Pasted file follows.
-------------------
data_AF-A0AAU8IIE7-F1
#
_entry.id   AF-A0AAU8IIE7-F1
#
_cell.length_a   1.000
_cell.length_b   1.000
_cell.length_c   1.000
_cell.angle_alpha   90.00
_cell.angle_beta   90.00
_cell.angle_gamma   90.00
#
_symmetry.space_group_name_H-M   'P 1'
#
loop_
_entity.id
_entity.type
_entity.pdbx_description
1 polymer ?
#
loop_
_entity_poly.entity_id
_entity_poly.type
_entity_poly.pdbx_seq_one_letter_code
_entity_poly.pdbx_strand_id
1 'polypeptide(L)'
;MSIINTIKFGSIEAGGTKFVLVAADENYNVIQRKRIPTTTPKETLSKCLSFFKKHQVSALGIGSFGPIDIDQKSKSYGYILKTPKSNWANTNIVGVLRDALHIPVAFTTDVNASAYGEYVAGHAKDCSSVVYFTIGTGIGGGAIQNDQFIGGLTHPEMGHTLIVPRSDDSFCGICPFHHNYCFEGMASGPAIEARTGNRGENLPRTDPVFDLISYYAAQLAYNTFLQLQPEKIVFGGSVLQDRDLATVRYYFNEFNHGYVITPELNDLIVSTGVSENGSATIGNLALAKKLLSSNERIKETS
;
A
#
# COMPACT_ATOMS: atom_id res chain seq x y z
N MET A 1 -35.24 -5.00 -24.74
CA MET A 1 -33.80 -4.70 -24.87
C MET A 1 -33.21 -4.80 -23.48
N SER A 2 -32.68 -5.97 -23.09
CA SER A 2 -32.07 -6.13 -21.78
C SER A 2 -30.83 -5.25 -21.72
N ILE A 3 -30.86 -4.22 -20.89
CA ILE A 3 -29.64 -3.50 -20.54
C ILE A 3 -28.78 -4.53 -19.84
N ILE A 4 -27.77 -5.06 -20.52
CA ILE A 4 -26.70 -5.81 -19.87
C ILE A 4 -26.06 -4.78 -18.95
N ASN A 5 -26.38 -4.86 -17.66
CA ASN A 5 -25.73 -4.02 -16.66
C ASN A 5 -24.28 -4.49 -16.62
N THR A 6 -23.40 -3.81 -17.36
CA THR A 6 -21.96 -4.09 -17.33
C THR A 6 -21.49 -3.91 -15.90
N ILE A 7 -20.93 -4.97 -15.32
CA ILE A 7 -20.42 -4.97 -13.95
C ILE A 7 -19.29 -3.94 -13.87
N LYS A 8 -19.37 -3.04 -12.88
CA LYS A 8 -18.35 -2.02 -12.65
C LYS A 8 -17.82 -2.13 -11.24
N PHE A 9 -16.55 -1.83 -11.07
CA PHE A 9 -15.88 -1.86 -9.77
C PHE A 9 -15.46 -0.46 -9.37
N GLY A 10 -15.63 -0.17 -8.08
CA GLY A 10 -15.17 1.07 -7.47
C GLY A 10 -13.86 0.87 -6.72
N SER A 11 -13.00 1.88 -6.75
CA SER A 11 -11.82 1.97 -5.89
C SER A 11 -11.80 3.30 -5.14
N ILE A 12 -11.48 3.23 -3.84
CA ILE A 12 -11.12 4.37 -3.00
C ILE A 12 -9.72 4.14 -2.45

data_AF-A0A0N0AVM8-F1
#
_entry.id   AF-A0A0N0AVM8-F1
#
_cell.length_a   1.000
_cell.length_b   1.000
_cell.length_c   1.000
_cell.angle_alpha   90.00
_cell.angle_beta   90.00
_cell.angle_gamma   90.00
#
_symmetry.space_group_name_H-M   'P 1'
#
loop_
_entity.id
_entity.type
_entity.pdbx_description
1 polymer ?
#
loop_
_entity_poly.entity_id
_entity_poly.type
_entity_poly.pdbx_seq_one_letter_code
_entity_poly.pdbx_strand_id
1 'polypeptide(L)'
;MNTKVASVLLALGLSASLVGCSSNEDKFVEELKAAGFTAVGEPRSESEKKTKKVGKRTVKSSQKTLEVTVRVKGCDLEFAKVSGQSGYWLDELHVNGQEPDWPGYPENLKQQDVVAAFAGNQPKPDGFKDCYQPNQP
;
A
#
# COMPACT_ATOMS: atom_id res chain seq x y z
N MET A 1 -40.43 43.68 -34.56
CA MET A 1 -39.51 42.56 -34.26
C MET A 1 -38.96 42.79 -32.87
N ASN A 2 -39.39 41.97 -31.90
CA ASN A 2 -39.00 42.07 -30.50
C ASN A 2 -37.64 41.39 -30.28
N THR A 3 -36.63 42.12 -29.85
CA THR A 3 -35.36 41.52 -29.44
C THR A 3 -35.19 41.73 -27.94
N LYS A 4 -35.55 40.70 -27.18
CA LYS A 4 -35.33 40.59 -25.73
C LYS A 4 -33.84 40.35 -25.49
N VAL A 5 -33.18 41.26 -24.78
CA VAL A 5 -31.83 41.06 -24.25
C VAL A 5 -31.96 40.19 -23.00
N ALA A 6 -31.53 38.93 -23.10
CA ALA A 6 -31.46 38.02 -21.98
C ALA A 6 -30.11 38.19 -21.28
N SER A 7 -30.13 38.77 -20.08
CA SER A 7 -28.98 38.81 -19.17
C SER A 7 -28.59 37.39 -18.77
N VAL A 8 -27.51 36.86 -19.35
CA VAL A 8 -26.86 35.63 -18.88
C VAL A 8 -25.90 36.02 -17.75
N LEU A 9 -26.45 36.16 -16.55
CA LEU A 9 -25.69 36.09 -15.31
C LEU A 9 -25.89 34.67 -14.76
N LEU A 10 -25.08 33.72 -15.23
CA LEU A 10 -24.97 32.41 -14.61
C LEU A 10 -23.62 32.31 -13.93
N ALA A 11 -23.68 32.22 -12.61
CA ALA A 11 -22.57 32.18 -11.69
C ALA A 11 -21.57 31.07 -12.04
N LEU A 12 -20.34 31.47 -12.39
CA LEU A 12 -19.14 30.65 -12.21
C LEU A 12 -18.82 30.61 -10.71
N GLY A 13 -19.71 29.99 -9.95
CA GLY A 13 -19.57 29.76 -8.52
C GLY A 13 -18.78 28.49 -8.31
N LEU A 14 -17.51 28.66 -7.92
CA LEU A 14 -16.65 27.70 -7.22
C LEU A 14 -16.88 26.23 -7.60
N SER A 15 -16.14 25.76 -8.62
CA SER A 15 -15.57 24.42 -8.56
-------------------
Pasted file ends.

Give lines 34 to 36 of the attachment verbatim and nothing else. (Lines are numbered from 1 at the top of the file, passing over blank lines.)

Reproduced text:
N SER A 2 -32.68 -5.97 -23.09
CA SER A 2 -32.07 -6.13 -21.78
C SER A 2 -30.83 -5.25 -21.72